Friday, November 03, 2006

My first real review!

I went to Oswego Thursday night to see the dress rehearsal of the Oswego Opera's La Traviata and review it for the Oswego Palladium-Times. Here 'tis! Enjoy...

IN REVIEW: ‘LA TRAVIATA' OFFERS QUALITY OPERA CLOSE TO HOME

Those who subscribe to the notion that New York City monopolizes high culture in this state apparently haven't been to Oswego.

The Oswego Opera opens its 28th season this weekend with one of opera's most beloved masterpieces, Verdi's “La Traviata,” presented in SUNY Oswego's Waterman Theatre at Tyler Hall.

Set in 18th century Paris, the opera follows the tumultuous romance of courtesan Violetta Valery and Alfredo Germont, one of her admirers. Driven apart by Alfredo's father, Giorgio, the lovers are reunited as Violetta lies on her deathbed, moments before she dies in Alfredo's arms.

These three main characters carry the opera, and executive director Jonathan English's outstanding leads, all returning to the Oswego Opera stage, do not disappoint.

Each singer can hold the stage as a soloist, and duet passages find the musicians exceptionally well matched, both vocally and physically. Soprano Amy Cochrane and tenor Eric van Hoven make a lovely couple as Violetta and Alfredo. As Giorgio Germont, Bill Black cuts a stern and imposing father figure onstage.

Commanding deference with his mature, warmly resonant voice, Black infuses a heartfelt performance with conviction and patriarchal pride.

As Violetta, Cochrane's effortless, effervescent coloratura in the first act gives way to impassioned legato phrasing in the latter acts. Cochrane's amorous aria, “Ah, fors' e lui,” is simply captivating. Her brilliant soprano, equally stunning in all registers, shines throughout the entire opera, and she handles the notorious, vocally demanding role with seemingly little effort.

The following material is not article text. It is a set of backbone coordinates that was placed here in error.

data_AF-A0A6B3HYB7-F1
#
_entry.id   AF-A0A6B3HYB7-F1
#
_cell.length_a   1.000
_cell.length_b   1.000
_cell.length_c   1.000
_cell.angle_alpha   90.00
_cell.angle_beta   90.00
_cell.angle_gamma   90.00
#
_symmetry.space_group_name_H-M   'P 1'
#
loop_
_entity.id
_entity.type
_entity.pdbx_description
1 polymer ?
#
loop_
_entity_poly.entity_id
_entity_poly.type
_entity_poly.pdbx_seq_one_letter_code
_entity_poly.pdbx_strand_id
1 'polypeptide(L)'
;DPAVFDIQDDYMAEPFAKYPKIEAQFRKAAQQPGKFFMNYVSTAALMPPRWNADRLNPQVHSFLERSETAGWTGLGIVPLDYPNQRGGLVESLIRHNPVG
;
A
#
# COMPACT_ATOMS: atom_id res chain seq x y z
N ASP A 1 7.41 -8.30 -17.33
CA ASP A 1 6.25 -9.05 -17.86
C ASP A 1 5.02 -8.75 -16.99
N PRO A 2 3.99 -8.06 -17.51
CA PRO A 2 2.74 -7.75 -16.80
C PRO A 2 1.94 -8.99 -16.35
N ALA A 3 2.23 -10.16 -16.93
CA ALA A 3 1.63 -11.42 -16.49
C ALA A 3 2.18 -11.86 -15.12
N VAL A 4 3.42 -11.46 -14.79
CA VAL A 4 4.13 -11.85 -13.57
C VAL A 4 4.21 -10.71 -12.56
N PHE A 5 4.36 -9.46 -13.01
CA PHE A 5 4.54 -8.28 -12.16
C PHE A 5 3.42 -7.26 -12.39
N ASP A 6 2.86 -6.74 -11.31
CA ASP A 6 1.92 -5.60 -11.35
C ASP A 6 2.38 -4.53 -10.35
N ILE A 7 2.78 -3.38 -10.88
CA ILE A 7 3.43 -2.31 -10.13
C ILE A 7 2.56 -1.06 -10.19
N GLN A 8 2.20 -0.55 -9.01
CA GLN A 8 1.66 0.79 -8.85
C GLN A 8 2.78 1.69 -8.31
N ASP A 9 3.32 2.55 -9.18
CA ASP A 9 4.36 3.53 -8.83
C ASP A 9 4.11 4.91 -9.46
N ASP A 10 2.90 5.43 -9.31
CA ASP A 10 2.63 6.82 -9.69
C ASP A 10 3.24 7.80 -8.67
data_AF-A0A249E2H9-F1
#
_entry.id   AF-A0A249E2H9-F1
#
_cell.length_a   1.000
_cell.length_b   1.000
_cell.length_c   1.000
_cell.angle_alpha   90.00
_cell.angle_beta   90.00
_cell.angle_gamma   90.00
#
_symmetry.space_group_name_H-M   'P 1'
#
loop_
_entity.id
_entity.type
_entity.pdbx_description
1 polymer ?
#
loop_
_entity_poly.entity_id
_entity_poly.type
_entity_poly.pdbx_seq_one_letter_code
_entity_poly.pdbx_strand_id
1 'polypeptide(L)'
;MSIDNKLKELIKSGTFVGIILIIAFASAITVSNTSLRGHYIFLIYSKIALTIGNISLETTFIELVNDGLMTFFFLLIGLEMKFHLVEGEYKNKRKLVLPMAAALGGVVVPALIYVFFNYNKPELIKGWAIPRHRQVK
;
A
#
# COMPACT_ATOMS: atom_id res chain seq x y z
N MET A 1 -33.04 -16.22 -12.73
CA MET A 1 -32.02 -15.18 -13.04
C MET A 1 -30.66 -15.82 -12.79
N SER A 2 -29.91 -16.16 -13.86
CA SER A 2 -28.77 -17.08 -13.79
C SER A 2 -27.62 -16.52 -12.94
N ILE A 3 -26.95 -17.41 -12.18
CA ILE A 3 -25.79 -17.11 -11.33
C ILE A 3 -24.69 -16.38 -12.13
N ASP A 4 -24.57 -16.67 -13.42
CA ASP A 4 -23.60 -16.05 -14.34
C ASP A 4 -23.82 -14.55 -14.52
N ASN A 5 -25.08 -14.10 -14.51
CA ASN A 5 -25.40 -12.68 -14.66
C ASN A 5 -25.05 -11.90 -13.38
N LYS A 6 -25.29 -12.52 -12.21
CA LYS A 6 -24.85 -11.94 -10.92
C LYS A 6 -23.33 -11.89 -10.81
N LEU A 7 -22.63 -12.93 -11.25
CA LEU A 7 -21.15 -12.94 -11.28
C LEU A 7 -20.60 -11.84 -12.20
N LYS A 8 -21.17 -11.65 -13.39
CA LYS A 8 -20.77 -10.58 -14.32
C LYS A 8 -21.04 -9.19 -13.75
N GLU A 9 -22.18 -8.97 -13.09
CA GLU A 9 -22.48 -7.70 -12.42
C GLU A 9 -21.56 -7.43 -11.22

Van Hoven fares similarly well in his portrayal of Alfredo. His lively vocal characterization is spot on, making the famous drinking song, “Libiamo,” dance. The tenor's clear, vibrant tone compensates for an initially stiff stage presence, especially in the ardent confessional aria “Un di felice,” when he reveals his feelings to Violetta.

Remarkably, none of these artists has performed these parts before. Following such auspicious debuts, though, there should be no doubt as to their qualifications in these challenging roles.

Under the baton of artistic director and conductor Juan Francisco La Manna, the accompanying Oswego Opera Orchestra has its finest moments when playing at full force, creating a festive atmosphere in ensemble party scenes.

In addition to bringing in top-notch performers from around the country, director English filled his chorus and supporting roles with capable homegrown talent. Among these, mezzo-soprano and Syracuse University voice faculty member Carolyn Weber stood out as Violetta's friend Flora.

Along with scenic designer Joseph Rial, English conceived a simple production that, though it might not translate in a larger house, is well suited to the 525-seat Waterman Theatre. Paring down the opulence of 18th-century Paris into sleek, modern dress, this production does more for the ear than for the eye; minimalist sets and costumes of mostly black and white effectively bring Verdi's exquisite music to the fore.

Oswego Opera Theatre performs La Traviata today at 4 p.m., and Sunday at 2 p.m. With familiar, memorable melodies brought to life by a stellar cast, the Oswego Opera's La Traviata proves that you don't have to be in New York City to find quality opera.


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